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U.S. may offer settlement to Antigua
The United States is scheduled to put forward a proposed settlement to Antigua and Barbuda at the end of the month in their online gambling trade dispute.
According to the Antigua Sun, it's hoped the proposed settlement will put an end to the five-year trade battle over Internet gaming between the two nations.
Antigua and Barbuda had filed a complaint with the World Trade Organization with regard to the United States' ban on Internet gambling. The WTO ruled that the U.S. laws obstructing online gambling are in violation of trade agreements it made as a part of the WTO.
Since then, Antigua has been battling for compensation in the matter. It was awarded $21 million per year in trade sanctions by a WTO arbitration panel in the initial ruling.
Rather than changing its laws to comply with the trade regulations, however, the United States chose to change its commitments to the WTO, which opened the nation up to compensation claims from other nations with an online gambling industry, as well as to a second claim from Antigua.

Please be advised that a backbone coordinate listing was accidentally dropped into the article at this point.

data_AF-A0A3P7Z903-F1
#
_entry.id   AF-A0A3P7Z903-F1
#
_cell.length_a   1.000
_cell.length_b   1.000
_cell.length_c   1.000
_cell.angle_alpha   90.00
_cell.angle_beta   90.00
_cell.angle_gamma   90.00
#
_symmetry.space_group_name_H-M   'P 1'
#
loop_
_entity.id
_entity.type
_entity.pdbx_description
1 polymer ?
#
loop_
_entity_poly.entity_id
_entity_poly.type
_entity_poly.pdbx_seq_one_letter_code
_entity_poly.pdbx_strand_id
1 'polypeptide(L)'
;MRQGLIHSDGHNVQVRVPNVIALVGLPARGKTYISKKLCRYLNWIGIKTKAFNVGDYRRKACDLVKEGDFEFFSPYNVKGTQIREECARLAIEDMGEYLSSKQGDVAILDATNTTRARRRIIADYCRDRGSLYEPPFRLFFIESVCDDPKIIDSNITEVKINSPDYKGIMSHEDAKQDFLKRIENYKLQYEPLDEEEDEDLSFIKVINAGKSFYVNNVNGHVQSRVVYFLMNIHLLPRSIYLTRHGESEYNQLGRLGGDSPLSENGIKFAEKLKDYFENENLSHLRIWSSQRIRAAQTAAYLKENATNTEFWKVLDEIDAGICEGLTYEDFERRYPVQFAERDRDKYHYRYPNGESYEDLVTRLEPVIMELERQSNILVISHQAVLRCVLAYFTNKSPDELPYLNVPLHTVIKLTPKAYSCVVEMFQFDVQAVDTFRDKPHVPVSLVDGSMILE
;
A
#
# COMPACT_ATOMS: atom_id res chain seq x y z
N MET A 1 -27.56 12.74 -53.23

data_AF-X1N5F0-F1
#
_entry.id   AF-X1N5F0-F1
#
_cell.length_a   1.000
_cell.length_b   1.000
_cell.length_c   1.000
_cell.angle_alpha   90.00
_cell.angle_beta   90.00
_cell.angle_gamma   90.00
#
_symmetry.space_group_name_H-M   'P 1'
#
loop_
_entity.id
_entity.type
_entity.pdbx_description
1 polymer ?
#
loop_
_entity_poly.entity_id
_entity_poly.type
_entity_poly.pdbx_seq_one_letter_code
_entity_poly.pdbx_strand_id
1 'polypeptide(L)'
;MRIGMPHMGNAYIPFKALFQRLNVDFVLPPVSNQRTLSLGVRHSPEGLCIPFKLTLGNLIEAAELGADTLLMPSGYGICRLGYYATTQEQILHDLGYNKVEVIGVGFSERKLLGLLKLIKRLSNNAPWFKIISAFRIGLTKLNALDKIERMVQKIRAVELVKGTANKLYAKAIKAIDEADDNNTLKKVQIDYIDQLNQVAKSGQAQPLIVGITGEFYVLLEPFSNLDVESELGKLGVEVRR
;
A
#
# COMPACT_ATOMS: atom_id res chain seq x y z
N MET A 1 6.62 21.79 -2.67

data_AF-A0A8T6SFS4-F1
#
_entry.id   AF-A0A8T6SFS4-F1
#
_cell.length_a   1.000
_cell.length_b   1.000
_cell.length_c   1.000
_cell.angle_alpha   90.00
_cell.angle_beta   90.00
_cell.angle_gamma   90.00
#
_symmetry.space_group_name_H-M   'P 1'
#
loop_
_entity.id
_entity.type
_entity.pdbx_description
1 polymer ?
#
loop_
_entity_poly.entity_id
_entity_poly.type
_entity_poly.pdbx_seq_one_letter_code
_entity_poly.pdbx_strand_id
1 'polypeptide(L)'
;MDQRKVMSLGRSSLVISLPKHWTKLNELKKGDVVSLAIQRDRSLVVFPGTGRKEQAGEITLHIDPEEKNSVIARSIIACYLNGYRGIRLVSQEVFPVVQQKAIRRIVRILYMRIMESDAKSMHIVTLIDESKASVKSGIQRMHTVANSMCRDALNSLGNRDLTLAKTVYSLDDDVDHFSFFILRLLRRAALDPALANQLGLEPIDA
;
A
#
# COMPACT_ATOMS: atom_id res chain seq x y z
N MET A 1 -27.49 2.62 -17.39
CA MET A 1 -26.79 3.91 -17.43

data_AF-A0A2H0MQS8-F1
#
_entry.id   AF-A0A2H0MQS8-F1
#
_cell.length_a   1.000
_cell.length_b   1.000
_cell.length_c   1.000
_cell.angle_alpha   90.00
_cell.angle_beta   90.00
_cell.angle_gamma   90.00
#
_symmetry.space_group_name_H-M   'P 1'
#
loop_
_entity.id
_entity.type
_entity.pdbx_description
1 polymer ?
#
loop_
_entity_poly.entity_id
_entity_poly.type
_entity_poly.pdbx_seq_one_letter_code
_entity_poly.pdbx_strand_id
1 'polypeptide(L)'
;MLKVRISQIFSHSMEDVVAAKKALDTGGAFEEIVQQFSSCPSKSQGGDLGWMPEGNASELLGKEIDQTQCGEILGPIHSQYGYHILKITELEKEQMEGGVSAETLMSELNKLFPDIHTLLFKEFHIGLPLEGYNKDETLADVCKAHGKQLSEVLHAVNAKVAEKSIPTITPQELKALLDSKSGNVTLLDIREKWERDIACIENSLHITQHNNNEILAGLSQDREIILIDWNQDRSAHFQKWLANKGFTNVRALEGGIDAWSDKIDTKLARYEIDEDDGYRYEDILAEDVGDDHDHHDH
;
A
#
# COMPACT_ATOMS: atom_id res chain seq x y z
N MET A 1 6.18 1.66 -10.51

Antigua once again requested arbitration by the WTO to settle the claim, but the proposed settlement due on Monday, according to Mark Mendel, Antigua's attorney in the WTO dispute, could bring both aspects of the trade dispute to a close.
Mendel told the Antigua Sun that the proposal, if it is submitted, will address both the initial trade dispute as well as the withdrawal of the United States' commitments to the WTO.
"Any settlement that we do would be comprehensive. It would take in everything," Mendel said in the article. "They are (two separate issues) if we have to litigate them, but if we can settle something then it should all be settled in one go."
In previous news reports, Mendel had said that the United States had stopped efforts to negotiate a settlement. However, if the two parties can come to an acceptable agreement, they are not bound by the WTO arbitrator's previous decision.
Mendel indicated that he had no idea what might be in the United States' proposal, and they are just waiting to see what the proposal is and re-evaluate their position.
Several other countries have filed claims against the United States since it announced its withdrawal of online gambling from its WTO agreements. Costa Rica was the latest to reach a settlement agreement with the United States, along with Canada, Japan and the European Union.